Connect with us

Billion Dollar Companies

After New Jersey, Airbnb and Uber to Face New Tax Rules in Spain




Airbnb and Uber, along with other digital services websites, will be required to pay a 3% tax as per the Spanish Finance Ministry’s new tax rules.

These digital companies are responsible for opening new doors for businesses and investors alike. However, until now, innovative startups such as Just Eat have reaped benefits due to the lack of regulation for digital platforms.

María Jesús Montero, Finance Minister from the Spanish Socialist Workers’ Party, said:

“There are businesses we all know that are dedicated to services and are generating billions in economic activity, yet do not pay appropriate taxes, because the current tax laws do not recognize this type of activity.”

Currently, the tax applies to digital advertisement and brokerage services, and Sale of Data (SoD) websites, that earn over $3.44 million revenue in Spain and $860 million globally.

According to Spanish Newspaper El País, Airbnb published an official statement claiming that the company pays tax in every country it operates in, including Spain.

Tax Rules for Airbnb in the US

Spain isn’t the first country to create a new tax structure for online platforms. On October 1, New Jersey applied a 5% tax of “hotel occupancy fee” for Airbnb and travel website VRBO. Since the law exempted realtors from this tax, visitors can avoid this situation by getting in touch with real estate agents.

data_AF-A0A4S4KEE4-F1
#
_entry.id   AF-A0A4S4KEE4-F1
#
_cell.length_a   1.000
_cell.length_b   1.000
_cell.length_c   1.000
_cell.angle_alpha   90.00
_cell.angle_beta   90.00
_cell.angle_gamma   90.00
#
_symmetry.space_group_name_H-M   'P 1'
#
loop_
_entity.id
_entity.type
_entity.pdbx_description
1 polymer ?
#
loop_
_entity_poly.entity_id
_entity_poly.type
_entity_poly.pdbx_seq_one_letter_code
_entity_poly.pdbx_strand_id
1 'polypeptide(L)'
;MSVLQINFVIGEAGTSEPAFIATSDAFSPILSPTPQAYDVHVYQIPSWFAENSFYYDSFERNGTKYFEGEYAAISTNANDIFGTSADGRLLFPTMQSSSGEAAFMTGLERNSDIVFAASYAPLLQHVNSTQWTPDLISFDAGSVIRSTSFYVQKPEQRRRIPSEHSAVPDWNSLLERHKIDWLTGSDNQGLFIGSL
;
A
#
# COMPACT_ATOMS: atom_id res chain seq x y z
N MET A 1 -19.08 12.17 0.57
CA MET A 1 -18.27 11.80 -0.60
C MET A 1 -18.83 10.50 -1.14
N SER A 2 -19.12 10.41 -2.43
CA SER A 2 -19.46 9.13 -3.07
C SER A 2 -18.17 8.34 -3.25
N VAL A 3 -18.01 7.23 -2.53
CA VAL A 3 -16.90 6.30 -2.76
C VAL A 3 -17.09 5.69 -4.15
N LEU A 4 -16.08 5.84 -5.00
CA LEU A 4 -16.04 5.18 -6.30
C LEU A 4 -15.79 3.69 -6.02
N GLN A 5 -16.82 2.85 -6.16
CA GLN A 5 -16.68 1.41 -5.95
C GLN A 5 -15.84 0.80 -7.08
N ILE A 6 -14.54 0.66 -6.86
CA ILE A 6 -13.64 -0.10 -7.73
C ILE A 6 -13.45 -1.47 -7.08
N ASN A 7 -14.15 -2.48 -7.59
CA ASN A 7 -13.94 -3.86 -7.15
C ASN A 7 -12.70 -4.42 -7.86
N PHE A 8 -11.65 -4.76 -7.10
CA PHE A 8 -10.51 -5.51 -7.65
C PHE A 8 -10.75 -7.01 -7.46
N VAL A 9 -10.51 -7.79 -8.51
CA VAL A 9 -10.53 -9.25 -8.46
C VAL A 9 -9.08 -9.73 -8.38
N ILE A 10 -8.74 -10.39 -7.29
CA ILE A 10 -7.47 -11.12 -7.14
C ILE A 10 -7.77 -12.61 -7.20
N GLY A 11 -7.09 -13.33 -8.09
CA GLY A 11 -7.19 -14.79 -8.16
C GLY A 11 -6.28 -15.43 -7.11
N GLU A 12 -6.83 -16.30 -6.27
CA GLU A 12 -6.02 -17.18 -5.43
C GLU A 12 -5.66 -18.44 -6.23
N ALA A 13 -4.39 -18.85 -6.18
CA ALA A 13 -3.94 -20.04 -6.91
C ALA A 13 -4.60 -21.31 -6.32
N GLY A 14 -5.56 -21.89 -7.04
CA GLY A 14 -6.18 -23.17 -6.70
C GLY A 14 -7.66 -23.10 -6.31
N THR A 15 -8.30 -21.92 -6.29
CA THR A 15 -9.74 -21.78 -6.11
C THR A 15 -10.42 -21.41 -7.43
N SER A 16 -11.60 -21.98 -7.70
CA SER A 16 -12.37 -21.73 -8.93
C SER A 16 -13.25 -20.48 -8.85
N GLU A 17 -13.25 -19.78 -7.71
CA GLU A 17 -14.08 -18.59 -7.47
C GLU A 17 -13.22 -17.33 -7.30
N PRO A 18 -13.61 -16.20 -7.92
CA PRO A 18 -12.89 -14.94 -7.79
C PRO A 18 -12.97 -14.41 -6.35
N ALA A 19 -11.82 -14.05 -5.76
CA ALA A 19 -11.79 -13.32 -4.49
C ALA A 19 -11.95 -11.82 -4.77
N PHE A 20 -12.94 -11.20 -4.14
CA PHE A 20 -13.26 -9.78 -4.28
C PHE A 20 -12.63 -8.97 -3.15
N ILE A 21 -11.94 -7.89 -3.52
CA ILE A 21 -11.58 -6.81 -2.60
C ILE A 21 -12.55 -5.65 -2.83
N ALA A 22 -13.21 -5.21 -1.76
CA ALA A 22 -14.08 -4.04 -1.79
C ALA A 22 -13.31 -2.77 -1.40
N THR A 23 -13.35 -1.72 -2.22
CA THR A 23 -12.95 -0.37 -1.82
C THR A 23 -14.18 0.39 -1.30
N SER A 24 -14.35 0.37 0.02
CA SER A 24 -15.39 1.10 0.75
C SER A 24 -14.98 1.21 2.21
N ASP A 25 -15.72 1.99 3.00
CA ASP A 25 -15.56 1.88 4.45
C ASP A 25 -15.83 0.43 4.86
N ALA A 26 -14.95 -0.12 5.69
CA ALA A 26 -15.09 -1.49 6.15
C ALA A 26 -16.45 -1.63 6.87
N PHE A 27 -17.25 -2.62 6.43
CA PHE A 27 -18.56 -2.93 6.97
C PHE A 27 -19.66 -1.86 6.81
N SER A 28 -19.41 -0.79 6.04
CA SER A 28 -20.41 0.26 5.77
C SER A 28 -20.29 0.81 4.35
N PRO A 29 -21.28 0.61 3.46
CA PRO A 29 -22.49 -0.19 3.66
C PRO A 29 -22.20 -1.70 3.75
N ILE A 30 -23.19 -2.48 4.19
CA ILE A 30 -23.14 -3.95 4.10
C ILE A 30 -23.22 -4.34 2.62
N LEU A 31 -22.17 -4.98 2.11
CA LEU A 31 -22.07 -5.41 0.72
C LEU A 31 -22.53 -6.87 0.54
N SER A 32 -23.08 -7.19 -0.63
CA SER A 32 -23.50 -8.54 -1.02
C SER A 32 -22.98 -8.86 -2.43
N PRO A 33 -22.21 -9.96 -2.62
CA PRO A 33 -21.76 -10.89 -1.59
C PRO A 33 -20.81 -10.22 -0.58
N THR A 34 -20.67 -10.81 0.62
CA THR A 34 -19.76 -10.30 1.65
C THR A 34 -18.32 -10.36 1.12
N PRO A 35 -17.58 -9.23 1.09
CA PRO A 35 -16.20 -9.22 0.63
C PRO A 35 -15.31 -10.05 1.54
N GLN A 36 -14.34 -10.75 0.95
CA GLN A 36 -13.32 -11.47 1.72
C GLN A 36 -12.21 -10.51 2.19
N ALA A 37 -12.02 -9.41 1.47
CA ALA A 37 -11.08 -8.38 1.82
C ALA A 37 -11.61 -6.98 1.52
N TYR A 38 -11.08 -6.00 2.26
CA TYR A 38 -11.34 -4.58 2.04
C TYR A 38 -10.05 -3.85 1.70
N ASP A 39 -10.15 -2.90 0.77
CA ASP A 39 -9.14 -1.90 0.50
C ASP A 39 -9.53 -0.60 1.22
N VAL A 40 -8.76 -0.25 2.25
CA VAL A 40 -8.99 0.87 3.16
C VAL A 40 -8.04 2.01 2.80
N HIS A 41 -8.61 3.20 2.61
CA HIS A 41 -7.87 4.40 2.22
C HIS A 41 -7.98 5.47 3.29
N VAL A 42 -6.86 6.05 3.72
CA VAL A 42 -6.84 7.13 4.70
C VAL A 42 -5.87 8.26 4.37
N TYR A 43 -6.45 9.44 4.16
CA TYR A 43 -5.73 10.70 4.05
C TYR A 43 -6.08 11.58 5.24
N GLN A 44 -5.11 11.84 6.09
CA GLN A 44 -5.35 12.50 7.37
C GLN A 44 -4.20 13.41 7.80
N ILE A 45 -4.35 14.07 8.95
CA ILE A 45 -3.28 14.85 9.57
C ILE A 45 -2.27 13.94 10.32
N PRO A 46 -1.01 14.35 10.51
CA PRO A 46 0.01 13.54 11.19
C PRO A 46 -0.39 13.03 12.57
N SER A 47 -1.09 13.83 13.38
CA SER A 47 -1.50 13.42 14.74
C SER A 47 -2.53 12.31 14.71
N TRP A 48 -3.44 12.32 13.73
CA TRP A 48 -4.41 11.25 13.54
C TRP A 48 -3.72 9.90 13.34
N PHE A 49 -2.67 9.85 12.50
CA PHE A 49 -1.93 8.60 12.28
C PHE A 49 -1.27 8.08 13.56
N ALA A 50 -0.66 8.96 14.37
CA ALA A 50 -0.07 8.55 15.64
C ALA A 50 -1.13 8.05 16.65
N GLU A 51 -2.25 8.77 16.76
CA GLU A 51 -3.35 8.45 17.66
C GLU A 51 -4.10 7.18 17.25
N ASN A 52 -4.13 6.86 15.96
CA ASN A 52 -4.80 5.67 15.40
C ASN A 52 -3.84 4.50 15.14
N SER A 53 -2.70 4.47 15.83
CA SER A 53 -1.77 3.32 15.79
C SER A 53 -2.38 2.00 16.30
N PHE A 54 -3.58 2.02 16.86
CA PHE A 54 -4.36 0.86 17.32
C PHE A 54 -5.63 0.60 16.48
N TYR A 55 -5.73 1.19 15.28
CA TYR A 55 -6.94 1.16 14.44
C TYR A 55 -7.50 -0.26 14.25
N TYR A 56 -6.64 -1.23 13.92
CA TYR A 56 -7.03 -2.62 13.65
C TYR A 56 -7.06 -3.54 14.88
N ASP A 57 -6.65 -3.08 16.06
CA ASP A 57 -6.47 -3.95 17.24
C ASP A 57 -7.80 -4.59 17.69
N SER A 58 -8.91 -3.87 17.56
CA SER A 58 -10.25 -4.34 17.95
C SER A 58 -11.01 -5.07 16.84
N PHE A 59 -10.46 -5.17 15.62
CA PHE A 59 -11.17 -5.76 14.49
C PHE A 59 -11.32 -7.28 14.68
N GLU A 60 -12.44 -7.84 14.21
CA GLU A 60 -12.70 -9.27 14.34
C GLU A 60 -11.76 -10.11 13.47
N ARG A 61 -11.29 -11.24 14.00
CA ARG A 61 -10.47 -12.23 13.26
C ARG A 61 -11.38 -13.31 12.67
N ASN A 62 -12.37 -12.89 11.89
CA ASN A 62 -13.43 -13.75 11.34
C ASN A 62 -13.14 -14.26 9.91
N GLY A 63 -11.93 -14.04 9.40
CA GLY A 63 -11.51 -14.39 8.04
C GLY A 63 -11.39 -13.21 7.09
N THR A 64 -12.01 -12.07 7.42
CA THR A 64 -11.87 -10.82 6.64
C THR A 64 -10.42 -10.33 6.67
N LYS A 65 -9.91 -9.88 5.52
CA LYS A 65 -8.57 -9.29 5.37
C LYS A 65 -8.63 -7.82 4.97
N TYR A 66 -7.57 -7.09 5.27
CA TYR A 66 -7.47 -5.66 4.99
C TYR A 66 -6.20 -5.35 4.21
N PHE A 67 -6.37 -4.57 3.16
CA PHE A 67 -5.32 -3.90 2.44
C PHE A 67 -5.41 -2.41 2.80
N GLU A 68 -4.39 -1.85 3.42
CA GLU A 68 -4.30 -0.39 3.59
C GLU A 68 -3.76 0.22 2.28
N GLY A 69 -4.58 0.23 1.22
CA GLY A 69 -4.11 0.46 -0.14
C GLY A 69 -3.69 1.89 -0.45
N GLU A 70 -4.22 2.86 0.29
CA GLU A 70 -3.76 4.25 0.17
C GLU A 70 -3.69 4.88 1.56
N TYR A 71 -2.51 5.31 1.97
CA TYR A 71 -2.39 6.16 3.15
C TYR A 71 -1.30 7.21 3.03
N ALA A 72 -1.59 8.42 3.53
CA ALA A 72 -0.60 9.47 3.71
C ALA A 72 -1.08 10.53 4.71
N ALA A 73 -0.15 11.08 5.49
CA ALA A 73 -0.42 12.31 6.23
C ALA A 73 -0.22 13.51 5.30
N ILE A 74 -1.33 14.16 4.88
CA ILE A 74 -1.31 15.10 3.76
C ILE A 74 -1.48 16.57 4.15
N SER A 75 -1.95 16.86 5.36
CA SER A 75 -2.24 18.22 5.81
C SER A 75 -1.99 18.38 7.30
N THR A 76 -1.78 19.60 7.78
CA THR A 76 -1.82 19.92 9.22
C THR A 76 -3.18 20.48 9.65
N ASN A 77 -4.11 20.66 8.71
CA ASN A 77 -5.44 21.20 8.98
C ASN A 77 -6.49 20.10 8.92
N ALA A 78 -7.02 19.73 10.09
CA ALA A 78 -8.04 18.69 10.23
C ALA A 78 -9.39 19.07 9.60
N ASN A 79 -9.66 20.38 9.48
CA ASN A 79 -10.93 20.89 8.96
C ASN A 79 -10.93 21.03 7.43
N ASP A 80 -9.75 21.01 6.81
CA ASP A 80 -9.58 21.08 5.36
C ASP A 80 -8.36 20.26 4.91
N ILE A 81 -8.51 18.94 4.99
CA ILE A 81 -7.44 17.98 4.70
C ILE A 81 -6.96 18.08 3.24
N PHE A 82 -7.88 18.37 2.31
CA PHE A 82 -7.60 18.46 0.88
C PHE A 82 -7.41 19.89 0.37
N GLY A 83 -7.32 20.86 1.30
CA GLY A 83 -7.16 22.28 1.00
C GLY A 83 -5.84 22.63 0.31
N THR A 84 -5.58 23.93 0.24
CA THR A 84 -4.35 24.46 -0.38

Meanwhile, Huntsville doesn’t plan on following New Jersey anytime soon. The city applies a lodging tax on Airbnb hosts and believes that it’s sufficient for the time being.

Last month in Colorado, various residents requested authorities to change the category of Airbnb rentals from residential to commercial. This would increase the tax figure from 7% to 29%. Since a lot of people rent out their properties and earn their income through the digital platform, this move would result in a loss. Some people even rent a portion of their houses and share it with strangers to make ends meet. According to Molly Weedn, Public Affairs manager of Airbnb US West:

“This proposed change could mean much of this important supplemental income would go to state coffers, rather than helping a host pay their bills.”

Thus, on October 3, it was finally revealed that Colorado had decided against implementing this tax rule.

France and UK Weigh in on the Situation

Last month, French politician, Ian Brossat, submitted a proposal which explained that Airbnb should be banned from Paris. He also raised a question regarding Airbnb’s tax activities, “Why does Airbnb pay as much tax in France as a neighborhood bakery?”

Earlier today, Financial Times reported that Her Majesty’s Revenue and Customs (HMRC) reached out to Airbnb to discuss tax regulations applied on the company. However, Airbnb’s official statement added that these are just “routine checks.” The company was previously criticized for paying only £379,075 in tax from the profits earned in 2017 and £188,000 in 2016.